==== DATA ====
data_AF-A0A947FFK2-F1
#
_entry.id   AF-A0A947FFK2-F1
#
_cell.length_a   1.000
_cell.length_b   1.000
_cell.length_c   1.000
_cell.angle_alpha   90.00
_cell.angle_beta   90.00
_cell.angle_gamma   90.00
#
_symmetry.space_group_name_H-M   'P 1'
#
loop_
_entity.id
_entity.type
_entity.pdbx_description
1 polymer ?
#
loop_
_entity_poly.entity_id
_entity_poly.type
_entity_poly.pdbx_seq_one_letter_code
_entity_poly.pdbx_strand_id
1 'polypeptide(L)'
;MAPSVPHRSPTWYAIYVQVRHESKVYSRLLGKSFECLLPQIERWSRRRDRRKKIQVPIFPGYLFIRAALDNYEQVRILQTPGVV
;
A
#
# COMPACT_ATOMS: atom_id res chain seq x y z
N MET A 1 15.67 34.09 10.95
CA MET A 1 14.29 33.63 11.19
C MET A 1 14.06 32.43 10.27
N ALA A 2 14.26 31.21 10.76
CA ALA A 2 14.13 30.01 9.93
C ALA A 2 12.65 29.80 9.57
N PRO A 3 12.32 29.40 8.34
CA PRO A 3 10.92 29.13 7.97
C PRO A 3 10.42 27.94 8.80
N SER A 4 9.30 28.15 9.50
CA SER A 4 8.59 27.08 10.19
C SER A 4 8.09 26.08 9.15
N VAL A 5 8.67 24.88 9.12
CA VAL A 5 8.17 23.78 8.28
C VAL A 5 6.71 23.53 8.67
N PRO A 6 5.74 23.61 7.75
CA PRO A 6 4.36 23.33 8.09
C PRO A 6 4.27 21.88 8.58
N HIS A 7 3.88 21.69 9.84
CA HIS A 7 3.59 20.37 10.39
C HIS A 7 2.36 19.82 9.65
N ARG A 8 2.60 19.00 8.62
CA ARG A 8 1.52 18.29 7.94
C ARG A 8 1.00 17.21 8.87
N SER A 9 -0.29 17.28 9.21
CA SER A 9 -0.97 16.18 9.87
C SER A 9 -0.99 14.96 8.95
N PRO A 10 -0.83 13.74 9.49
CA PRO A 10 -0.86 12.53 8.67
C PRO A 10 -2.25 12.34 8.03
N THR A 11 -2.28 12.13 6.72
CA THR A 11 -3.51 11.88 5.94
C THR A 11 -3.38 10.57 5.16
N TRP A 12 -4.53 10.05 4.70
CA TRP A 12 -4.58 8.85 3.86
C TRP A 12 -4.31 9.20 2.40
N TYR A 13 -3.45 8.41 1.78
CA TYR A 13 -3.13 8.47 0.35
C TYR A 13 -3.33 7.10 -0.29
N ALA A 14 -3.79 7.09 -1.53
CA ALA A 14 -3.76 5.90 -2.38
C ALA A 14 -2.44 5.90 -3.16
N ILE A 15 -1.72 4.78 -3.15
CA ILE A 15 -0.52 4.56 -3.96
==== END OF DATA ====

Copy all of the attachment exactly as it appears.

data_AF-A0A947FFK2-F1
#
_entry.id   AF-A0A947FFK2-F1
#
_cell.length_a   1.000
_cell.length_b   1.000
_cell.length_c   1.000
_cell.angle_alpha   90.00
_cell.angle_beta   90.00
_cell.angle_gamma   90.00
#
_symmetry.space_group_name_H-M   'P 1'
#
loop_
_entity.id
_entity.type
_entity.pdbx_description
1 polymer ?
#
loop_
_entity_poly.entity_id
_entity_poly.type
_entity_poly.pdbx_seq_one_letter_code
_entity_poly.pdbx_strand_id
1 'polypeptide(L)'
;MAPSVPHRSPTWYAIYVQVRHESKVYSRLLGKSFECLLPQIERWSRRRDRRKKIQVPIFPGYLFIRAALDNYEQVRILQTPGVV
;
A
#
# COMPACT_ATOMS: atom_id res chain seq x y z
N MET A 1 15.67 34.09 10.95
CA MET A 1 14.29 33.63 11.19
C MET A 1 14.06 32.43 10.27
N ALA A 2 14.26 31.21 10.76
CA ALA A 2 14.13 30.01 9.93
C ALA A 2 12.65 29.80 9.57
N PRO A 3 12.32 29.40 8.34
CA PRO A 3 10.92 29.13 7.97
C PRO A 3 10.42 27.94 8.80
N SER A 4 9.30 28.15 9.50
CA SER A 4 8.59 27.08 10.19
C SER A 4 8.09 26.08 9.15
N VAL A 5 8.67 24.88 9.12
CA VAL A 5 8.17 23.78 8.28
C VAL A 5 6.71 23.53 8.67
N PRO A 6 5.74 23.61 7.75
CA PRO A 6 4.36 23.33 8.09
C PRO A 6 4.27 21.88 8.58
N HIS A 7 3.88 21.69 9.84
CA HIS A 7 3.59 20.37 10.39
C HIS A 7 2.36 19.82 9.65
N ARG A 8 2.60 19.00 8.62
CA ARG A 8 1.52 18.29 7.94
C ARG A 8 1.00 17.21 8.87
N SER A 9 -0.29 17.28 9.21
CA SER A 9 -0.97 16.18 9.87
C SER A 9 -0.99 14.96 8.95
N PRO A 10 -0.83 13.74 9.49
CA PRO A 10 -0.86 12.53 8.67
C PRO A 10 -2.25 12.34 8.03
N THR A 11 -2.28 12.13 6.72
CA THR A 11 -3.51 11.88 5.94
C THR A 11 -3.38 10.57 5.16
N TRP A 12 -4.53 10.05 4.70
CA TRP A 12 -4.58 8.85 3.86
C TRP A 12 -4.31 9.20 2.40
N TYR A 13 -3.45 8.41 1.78
CA TYR A 13 -3.13 8.47 0.35
C TYR A 13 -3.33 7.10 -0.29
N ALA A 14 -3.79 7.09 -1.53
CA ALA A 14 -3.76 5.90 -2.38
C ALA A 14 -2.44 5.90 -3.16
N ILE A 15 -1.72 4.78 -3.15
CA ILE A 15 -0.52 4.56 -3.96